Cheats and Deceits: How Animals and Plants Exploit and Mislead,
by Martin Stevens
Oxford: Oxford University Press, 2016
Wildlife communication can be elegant and alluring; consider the intoxicating scent of a budding flower, the music of the dawn chorus, or the graceful mating dances of many bird species. But these beautiful behaviours hide a dirty secret: Just like humans, other organisms can be devious, and sometimes they wish to mislead. They may try to obscure their presence altogether with camouflage; they may use mimicry to convince other individuals they are a different species or perhaps even an inanimate object; they may even tell outright lies.
In Cheats and Deceits, author and sensory ecologist Martin Stevens explores the baffling, astounding, and impressive array of techniques that wildlife use to further their own agendas. He sets the stage with the case of the alcon blue butterfly, whose caterpillars are adopted by ants and fed for up to two years before they pupate, leave the ants’ nest, and head off to start the cycle again. This remarkable process is made possible by the caterpillars’ ability to mimic the smells and sounds of the ants, thus deceiving the latter into becoming caretakers even though the caterpillars do not help them. The author writes:
Deception should benefit those practising it, but it is often costly to the animals being tricked, from lost time or resources such as food, through to a greatly increased risk of death. This book is about how deception works in nature and how it evolves…Ultimately, this book is about what deception can tell us about how species interact with one another, and the processes of evolutionand adaptation.
So begins a riveting journey through an extensive catalogue of deceptive behaviours that are seen in nature. The reader learns, for example, about predators that trick their prey into approaching dangerously close, plants that facilitate reproduction by pretending to be mates of pollinating insects, and vulnerable animals that use displays to seem threatening to would-be attackers. Indeed, as these examples suggest, the vast majority of deception falls into one of only three broad categories: obtaining food, avoiding being eaten, and reproduction. The magic of the book is how it reveals, and revels in, the diversity to be found within each of these types—the many variations on a theme that result when you factor in differences in habitat, mode of communication, relatedness of the deceiver and victim, and other constraints found in the environment.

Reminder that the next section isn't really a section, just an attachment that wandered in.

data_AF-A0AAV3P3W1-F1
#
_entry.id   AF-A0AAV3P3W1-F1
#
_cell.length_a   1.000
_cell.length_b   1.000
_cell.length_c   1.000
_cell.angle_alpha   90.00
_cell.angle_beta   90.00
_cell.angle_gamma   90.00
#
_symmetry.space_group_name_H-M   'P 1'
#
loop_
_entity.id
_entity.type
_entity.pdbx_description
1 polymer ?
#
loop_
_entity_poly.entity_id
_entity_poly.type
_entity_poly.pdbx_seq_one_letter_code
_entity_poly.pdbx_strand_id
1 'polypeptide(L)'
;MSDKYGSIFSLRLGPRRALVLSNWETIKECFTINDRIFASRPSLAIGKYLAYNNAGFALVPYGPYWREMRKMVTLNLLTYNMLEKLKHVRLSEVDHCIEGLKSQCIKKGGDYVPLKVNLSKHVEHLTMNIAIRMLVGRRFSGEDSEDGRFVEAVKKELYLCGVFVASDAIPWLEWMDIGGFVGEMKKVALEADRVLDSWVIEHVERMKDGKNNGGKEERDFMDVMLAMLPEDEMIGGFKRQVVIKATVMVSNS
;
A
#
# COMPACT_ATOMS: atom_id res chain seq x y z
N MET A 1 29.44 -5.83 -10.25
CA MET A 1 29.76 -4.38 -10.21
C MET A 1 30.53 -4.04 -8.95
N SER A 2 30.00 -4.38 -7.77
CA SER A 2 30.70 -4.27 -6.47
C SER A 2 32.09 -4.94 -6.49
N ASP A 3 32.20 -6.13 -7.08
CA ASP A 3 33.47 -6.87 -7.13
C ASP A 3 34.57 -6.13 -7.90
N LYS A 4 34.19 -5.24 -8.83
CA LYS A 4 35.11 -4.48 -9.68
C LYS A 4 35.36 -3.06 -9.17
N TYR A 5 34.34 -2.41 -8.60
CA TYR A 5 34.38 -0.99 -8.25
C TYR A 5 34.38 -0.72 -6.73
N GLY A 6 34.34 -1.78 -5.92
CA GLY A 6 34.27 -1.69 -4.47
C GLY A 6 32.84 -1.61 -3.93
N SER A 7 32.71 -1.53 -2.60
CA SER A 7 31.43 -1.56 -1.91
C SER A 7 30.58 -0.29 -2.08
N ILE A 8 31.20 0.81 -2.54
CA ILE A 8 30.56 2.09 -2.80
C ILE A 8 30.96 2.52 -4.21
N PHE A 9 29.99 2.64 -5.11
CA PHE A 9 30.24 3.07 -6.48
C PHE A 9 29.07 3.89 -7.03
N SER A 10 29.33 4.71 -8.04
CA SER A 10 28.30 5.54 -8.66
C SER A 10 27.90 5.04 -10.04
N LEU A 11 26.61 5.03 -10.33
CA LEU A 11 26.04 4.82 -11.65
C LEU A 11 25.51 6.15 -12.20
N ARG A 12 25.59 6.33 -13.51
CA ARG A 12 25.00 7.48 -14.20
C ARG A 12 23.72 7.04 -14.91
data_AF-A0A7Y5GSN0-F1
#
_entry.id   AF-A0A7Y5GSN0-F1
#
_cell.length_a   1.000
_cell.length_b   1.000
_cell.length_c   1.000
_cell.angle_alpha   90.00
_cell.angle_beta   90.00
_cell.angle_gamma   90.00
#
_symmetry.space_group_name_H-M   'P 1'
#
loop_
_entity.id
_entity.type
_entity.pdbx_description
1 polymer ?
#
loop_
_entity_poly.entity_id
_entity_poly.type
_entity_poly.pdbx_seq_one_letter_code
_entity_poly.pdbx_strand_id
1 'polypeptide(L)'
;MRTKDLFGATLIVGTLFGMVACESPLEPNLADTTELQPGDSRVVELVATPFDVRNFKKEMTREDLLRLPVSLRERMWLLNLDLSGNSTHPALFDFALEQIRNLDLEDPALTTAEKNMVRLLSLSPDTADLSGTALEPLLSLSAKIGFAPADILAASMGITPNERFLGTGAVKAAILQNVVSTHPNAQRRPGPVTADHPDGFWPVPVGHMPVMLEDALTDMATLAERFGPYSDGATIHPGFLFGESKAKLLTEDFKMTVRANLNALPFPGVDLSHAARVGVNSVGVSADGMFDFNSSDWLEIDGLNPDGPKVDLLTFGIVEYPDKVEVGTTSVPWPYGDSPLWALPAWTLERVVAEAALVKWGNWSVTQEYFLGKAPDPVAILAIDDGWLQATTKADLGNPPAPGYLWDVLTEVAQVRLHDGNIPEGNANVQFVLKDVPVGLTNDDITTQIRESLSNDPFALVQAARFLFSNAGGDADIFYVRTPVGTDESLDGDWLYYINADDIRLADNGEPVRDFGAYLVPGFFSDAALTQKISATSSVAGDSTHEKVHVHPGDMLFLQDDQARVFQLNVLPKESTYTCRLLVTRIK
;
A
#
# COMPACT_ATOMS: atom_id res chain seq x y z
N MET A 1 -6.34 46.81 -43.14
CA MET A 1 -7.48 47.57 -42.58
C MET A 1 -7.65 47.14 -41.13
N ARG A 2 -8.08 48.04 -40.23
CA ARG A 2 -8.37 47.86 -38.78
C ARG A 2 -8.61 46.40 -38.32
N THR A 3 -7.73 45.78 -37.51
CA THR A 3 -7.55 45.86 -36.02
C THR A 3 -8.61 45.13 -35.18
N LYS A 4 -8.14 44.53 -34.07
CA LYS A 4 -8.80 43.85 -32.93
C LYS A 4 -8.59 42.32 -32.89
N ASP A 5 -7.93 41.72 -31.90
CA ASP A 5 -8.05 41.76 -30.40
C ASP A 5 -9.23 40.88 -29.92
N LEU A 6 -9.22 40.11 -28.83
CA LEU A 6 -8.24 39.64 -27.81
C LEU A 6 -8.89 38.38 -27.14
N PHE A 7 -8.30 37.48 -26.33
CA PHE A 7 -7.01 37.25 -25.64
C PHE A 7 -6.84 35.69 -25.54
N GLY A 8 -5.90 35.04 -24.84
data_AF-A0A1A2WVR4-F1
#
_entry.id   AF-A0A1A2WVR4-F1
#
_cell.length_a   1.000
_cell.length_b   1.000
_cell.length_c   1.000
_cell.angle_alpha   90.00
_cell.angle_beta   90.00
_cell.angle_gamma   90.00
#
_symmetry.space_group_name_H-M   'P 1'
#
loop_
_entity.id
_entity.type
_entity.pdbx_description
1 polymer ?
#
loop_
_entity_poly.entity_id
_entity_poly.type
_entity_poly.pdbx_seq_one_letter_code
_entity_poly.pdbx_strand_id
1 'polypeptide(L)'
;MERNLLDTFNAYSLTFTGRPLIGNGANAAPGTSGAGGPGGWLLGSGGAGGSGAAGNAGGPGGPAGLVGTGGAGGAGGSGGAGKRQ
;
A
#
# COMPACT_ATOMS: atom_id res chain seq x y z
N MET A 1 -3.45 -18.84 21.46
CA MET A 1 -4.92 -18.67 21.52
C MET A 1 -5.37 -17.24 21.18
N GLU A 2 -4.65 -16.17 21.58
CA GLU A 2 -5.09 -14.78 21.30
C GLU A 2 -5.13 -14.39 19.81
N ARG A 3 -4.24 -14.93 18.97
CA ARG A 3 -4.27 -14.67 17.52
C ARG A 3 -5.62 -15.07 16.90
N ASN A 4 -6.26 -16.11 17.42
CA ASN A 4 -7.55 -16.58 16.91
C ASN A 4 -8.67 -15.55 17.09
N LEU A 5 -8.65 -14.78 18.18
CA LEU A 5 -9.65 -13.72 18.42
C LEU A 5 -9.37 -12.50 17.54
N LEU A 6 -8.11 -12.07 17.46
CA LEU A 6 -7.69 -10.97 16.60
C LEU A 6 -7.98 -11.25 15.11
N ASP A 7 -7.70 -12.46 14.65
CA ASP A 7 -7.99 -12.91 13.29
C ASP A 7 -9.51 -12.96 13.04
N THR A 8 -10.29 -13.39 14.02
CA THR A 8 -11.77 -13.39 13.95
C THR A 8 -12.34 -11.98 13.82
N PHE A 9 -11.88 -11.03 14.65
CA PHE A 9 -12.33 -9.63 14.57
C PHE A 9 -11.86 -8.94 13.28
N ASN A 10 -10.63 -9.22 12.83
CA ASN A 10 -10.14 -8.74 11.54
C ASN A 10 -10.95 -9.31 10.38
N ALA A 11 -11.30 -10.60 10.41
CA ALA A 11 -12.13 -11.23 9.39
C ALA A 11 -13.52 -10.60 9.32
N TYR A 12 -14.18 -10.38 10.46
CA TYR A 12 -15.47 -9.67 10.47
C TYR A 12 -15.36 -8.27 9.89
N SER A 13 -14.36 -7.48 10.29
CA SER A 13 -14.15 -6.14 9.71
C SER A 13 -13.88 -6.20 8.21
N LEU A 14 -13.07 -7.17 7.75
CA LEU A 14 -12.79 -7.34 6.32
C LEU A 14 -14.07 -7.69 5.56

Cheats and Deceits is one of those rare books that can be appreciated by both a scientific and a lay audience. This is not because Stevens oversimplifies his explanations and descriptions, but because he has such a clear and engaging style. One of the most appealing aspects of Stevens’ writing is how he takes care to define scientific terms and describe the methodologies used to observe, explore, and test hypotheses about the fascinating behaviours described here. The author acknowledges pioneering researchers by name and academic affiliation and cites liberally, thus making it easy for readers to track down more information on any of the studies discussed in the volume. Many of the book’s 69 figures include photographs of experimental setups and testing equipment; here, the scientific process is not something that is glossed over, but instead is placed front and center so readers can get a sense of the incredible work required to find scientific answers.
The book could easily have been a literary cabinet of curiosities—full of amazing and engaging oddities, but lacking real educational value. However, Stevens takes care to contextualise his case studies so that readers also learn more broadly about how and why animals communicate, what types of characteristics can provide information to other individuals, and how and why these intricate behaviours might have developed to begin with. He is particularly careful to explore the “economics” of the behavioural transactions he describes—the costs and benefits for both the deceivers and the deceived, and the intricate balance that allows such behaviours to persist over time. Thus, Cheats and Deceits is not just a useful introduction to one particular realm of animal communication research, but also an excellent and engrossing way to learn about natural selection and evolution in general.
One of the other powerful messages in the book is, as Stevens himself writes:
…that deception takes place in a way that is most salient to the animals being deceived, with regard to their sensory apparatus, and using our own perceptions to judge this can be misleading, either missing the sophistication of deception because we don’t perceive it properly, or even perhaps thinking the deception is not very good because it arises in areas in which our senses are superior to those of the animals being tricked.
By allowing readers to sense the world through the eyes/ears/noses/feelers of a wealth of other species, Stevens shows not only that we can be easily misled by the signals we do experience, but also that the world around us may contain many more signals than we are even capable of perceiving. It is a stunning realisation that reminds readers just how impressively adapted our fellow animals are—even if they are sometimes cheats and deceits.
Caitlin Kight is an editor, writer, and educator affiliated with the University of Exeter, firstname.lastname@example.org, http://www.caitlinkight.com.